Let's get this bit of Captain Obvious out of the way first: Ang Lee does so much better with Chinese films.
I've had a celebrity crush on Tony Leung (梁朝偉) since 6th Grade. To see him again in a project that's successful the world over is just fantastic.
Yee's character felt very multidimensional and had a lot of depth. Even as a high level official with a pro-Japanese government, in his heart, he has an extreme dislike of the Japanese. Whether that absolves or exonerates him from some of the evil that he's being vilified for, I'm not sure. But it's something. He's very reserved, calm and collected on the outside, but is capable of both raw fire and incredible gentleness. It sounds like there's a lot of Tony, himself, in it.
And lest you think that Tony Leung is only capable of playing deep, dark and mysterious types, that's just not true.
He was one of the hosts of a children's babysitting TV program in 430 Space Shuttle. He was the bubbly, wild, trickster, gambling, incorrigible womanizer, rambunctious street urchin turned bubbly, wild, trickster, gambling, incorrigible womanizer, rambunctious royal advisor to the Emperor Kang Xi in The Duke of Mount Deer. He was a righteous, talented cop and all around hero in Police Cadet I (1984).
One of the things I found most intriguing of Lust, Caution were the mahjong plays. They really provided that much background and added that much to the richness of the context. It was almost as though the mahjong plays were a whole other set of subtitles. The cleverness just added to the experience for me.
One, in particular, close to the beginning was most memorable to me. It's the scene where Yee is playing with his wife, the apparent Mrs. Mak and one other lady.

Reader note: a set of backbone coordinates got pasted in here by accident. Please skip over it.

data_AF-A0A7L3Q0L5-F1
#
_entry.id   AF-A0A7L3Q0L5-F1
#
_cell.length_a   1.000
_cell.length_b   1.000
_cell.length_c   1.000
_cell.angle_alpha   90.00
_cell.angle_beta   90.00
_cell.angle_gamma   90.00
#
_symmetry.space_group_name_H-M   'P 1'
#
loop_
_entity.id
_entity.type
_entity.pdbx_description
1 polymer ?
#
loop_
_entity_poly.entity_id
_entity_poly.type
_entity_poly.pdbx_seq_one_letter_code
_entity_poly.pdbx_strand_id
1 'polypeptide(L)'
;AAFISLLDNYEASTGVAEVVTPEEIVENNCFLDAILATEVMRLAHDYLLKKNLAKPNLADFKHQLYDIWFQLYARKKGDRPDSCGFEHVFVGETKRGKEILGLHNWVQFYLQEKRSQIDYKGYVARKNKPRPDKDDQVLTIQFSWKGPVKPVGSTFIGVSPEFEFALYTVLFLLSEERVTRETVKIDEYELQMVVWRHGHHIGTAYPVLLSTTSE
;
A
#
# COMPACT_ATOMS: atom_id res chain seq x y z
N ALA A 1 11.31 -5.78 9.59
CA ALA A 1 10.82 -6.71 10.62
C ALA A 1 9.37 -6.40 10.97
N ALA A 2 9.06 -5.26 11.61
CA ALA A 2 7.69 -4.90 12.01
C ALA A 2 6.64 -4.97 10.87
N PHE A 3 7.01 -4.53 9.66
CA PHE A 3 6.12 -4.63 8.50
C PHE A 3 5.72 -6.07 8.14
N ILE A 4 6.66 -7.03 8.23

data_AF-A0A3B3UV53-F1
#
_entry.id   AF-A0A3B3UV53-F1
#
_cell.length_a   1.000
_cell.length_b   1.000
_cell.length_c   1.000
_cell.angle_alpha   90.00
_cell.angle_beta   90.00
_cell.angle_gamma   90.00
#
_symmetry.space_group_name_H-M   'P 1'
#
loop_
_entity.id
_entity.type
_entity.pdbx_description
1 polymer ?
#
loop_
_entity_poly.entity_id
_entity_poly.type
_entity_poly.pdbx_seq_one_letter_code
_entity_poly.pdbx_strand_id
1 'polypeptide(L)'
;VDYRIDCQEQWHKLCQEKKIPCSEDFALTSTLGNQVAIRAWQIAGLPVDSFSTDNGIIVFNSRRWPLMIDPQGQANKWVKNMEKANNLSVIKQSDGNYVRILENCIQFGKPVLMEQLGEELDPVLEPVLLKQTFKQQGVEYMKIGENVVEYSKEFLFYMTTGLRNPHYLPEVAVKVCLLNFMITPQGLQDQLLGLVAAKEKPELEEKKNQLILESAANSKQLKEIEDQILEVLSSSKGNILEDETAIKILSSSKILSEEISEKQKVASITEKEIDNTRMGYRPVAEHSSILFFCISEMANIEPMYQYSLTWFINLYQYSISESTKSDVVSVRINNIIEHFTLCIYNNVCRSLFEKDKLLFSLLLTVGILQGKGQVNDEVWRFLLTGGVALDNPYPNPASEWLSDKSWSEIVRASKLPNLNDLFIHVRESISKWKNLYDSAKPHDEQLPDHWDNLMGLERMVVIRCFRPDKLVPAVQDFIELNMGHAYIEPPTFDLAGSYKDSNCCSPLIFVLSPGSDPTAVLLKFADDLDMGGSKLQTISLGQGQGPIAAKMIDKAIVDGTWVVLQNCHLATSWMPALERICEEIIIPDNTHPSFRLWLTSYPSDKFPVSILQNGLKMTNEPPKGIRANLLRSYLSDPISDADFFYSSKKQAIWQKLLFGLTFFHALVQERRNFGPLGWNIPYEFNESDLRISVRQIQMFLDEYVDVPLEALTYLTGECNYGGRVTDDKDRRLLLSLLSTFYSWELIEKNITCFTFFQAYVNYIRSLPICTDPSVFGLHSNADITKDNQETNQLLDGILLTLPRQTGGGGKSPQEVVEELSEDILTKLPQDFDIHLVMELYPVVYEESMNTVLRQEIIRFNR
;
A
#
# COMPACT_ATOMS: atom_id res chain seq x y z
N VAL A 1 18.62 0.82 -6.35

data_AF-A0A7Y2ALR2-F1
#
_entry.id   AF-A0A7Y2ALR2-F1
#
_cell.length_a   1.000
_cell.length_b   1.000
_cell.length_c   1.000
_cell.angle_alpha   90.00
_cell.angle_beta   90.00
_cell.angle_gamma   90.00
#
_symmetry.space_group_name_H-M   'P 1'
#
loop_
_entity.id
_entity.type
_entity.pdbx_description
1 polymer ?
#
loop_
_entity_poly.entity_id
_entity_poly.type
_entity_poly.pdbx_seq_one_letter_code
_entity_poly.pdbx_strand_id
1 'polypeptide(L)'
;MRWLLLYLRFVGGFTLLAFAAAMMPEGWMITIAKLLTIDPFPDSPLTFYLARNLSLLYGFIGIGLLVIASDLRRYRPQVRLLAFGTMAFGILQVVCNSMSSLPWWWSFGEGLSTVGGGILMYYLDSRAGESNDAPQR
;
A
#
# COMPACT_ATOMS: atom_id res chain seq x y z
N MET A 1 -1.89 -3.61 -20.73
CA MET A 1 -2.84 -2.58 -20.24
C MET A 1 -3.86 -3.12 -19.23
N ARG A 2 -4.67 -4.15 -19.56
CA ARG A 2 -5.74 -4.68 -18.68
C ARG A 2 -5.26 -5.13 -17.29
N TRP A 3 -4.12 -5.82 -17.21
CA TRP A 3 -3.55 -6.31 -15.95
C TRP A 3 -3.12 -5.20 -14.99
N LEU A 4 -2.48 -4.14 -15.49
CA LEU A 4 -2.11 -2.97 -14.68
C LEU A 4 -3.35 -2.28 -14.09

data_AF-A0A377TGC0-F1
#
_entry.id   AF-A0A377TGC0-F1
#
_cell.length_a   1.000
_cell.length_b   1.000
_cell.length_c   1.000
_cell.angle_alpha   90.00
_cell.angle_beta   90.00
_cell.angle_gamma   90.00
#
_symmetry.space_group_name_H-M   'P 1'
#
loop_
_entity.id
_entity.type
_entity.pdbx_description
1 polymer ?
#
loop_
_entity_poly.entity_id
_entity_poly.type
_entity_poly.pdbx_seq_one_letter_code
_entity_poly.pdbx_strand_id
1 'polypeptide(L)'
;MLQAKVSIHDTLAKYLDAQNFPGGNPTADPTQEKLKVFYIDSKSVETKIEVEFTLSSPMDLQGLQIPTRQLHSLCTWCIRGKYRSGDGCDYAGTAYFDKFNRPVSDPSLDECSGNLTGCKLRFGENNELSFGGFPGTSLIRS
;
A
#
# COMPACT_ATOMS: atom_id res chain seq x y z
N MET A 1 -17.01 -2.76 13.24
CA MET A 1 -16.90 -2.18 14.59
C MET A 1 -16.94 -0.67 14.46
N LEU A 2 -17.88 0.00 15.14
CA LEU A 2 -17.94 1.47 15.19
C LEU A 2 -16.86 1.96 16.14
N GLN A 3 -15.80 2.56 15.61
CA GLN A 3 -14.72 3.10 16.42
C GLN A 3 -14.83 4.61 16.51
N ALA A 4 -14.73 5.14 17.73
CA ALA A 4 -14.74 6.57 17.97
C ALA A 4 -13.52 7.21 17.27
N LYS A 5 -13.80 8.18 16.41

Mr. and Mrs. Yee were sitting opposite with Mrs. Mak in between them.
Yee discarded a 7 of circles, which Mrs. Mak needed to make a consecutive three. Mrs. Yee calls pong and since a pong has precedence, Mrs. Yee took it instead. In his next turn, Mr. Yee purposely discards another one to allow Mrs. Mak to make her consecutive three.
Mrs. Yee, being the first wife, has precedence over the other woman.
The fact that Mrs. Yee could pong meant that she already had two of the 7 of circles tiles. It also means that Mr. Yee had two 7 circles tiles. This situation is what we call 對死 which is akin to a stalemate. Both are stuck with the pair, unknowingly waiting to draw the third, which would never happen because there are only four of them in play. Since there's a good chance a 7 of anything would give someone else a win, no one would discard it without seriously thinking over the risk. The stalemate felt pretty metaphoric of the Yees' relationship.
Mr. Yee is the one who breaks the stalemate, both in the game and in his life by taking a mistress. It's obviously not a coincidence that his second 7 of circles went to Mrs. Mak. But even though he did love and trust Mrs. Mak on some level, he always treated her like a prostitute in many ways.
There does seem to be a long-standing commitment of some sort between the Yees though. He's still very respectful to his wife. He doesn't fly off the handle at her even in incredible stressful times. In the scene at the end where he's reeling at the gravity of almost fatally letting his guard down and the inner turmoil of being betrayed by someone he loved and trusted, he calmly tells her to just "go back downstairs".
I also love the pun in the title.
色 is literally colour, but it could also be "lust" or "pornography".
戒 is "to guard against", "to give up" especially cold turkey. It also means "ring", as in the diamong ring that is the whirlwind unravelling demise of everything.